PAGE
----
Three bullets were shot into the chest of Mahatma Gandhi by a certain Nathuram Godse on the evening of 30 January 1948. His true motivations, however, are today actively obscured, and his admirers sit in the Indian parliament as members of the ruling establishment. This book is a timely effort to remind us that Gandhi’s killing was not a random act of a mindless killer. It was the culmination of a cold-blooded conspiracy.
The men who stood trial for the murder of Gandhi claimed that they were acting for a stronger, more united, India. Their 78-year-old peace-loving target, they felt, was the single biggest impediment to achieving that goal. They accused him of dishonesty and treachery; he was blamed for the Partition of India, for ‘appeasing’ Muslims; and condemned for ‘fail[ing] in his duty’ to the people of this nation. To them, Gandhi had to die because ‘there was no legal machinery by which such an offender could be brought to book’. Do any of the accusations have any claim to truth whatsoever? If not, what, then, was the actual intention that these arguments made by Godse were attempting to hide? And was V.D. Savarkar, among others, involved in the conspiracy?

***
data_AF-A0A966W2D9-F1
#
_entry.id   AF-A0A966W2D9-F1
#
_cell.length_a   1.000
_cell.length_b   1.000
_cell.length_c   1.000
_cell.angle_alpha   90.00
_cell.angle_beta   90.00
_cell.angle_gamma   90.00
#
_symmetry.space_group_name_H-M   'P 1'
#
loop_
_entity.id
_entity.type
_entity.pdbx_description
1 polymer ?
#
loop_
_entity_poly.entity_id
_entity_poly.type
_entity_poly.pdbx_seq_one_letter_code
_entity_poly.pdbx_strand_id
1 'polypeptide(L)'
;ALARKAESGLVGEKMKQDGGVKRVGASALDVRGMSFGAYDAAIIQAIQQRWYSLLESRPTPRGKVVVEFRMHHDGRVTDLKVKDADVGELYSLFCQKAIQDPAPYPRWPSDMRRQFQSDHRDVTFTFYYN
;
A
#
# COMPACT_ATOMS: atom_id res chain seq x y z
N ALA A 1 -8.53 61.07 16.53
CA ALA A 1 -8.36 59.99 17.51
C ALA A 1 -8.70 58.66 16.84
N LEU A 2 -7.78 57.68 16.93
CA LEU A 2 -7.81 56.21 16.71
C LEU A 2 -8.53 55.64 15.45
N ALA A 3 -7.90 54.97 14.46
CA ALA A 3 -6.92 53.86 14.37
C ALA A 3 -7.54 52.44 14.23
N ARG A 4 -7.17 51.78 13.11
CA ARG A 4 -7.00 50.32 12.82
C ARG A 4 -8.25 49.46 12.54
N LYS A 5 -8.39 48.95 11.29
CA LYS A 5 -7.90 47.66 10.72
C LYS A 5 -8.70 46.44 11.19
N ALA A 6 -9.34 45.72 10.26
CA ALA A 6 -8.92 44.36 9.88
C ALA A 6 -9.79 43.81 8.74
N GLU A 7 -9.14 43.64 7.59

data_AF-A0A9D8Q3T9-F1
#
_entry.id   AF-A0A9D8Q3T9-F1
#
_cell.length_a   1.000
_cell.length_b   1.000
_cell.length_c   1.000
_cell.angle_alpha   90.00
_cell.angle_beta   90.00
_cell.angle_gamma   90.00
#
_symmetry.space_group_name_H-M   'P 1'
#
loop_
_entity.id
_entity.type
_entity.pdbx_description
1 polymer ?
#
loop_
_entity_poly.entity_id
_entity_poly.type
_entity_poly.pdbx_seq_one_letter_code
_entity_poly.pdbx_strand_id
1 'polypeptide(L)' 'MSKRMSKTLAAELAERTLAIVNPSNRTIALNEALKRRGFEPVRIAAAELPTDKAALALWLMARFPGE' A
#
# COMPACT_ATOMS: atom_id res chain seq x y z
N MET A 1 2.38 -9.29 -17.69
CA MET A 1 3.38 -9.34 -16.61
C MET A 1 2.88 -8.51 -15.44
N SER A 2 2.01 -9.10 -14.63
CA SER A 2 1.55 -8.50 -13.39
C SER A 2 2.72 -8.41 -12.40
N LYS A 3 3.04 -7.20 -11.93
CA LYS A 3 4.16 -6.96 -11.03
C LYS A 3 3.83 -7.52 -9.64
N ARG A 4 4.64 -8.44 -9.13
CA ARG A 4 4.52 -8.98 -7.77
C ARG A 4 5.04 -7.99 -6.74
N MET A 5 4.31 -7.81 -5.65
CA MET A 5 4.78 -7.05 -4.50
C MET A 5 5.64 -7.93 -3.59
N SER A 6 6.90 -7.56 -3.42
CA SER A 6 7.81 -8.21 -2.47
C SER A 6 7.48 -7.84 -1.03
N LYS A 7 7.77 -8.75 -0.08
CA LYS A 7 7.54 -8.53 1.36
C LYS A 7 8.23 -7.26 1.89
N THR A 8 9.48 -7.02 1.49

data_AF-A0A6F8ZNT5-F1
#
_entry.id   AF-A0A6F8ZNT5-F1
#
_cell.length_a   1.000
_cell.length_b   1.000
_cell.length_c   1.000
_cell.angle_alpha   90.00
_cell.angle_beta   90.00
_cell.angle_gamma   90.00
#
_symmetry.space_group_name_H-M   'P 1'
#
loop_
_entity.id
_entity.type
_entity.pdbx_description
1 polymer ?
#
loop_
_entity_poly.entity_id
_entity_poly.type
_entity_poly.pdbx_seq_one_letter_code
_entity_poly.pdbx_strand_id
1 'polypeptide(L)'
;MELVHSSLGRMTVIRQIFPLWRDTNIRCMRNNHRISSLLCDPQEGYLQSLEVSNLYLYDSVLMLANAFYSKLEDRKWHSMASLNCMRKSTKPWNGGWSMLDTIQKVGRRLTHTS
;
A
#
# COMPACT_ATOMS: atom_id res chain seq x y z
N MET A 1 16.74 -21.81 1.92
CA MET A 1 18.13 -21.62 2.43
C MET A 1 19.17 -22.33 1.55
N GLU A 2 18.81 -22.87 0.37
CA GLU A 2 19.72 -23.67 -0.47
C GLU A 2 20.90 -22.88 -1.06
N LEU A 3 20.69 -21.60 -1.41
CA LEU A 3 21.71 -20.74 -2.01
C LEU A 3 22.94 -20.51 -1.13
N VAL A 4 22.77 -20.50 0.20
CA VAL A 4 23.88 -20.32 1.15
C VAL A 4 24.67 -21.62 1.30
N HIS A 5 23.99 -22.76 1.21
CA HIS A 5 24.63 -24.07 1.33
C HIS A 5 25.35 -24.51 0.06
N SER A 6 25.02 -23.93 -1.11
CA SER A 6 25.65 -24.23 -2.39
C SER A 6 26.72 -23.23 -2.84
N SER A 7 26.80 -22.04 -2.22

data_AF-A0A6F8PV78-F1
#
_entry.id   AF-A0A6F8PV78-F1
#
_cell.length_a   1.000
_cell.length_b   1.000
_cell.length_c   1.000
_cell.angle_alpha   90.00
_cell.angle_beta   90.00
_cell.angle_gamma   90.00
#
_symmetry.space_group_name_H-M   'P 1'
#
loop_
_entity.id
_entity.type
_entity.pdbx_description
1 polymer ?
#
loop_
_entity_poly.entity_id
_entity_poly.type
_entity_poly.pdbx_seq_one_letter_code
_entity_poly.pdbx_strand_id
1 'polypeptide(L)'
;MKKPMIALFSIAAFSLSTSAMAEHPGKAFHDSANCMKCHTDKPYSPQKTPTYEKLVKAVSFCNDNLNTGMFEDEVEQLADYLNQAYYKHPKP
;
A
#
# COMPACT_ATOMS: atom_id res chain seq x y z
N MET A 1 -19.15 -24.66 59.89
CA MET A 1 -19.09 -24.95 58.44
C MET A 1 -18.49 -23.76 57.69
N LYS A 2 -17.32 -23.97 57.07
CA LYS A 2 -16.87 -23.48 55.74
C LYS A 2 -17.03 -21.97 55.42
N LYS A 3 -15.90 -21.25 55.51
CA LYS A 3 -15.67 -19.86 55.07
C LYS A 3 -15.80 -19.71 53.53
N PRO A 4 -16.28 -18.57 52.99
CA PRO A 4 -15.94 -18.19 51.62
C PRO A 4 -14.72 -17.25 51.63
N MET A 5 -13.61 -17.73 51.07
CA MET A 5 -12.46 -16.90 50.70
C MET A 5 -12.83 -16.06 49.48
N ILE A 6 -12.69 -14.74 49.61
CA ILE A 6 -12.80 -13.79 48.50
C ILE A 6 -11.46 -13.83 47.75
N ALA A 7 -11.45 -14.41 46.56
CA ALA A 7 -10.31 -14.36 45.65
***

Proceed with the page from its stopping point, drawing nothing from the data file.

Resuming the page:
Ashok Kumar Pandey’s Why They Killed Gandhi, translated from the celebrated Hindi original, lays bare the facts of the murder, and offers a passionate defence of the Mahatma and his politics, while simultaneously delivering a trenchant polemic against the ideology of bigotry and perpetual violence that killed him.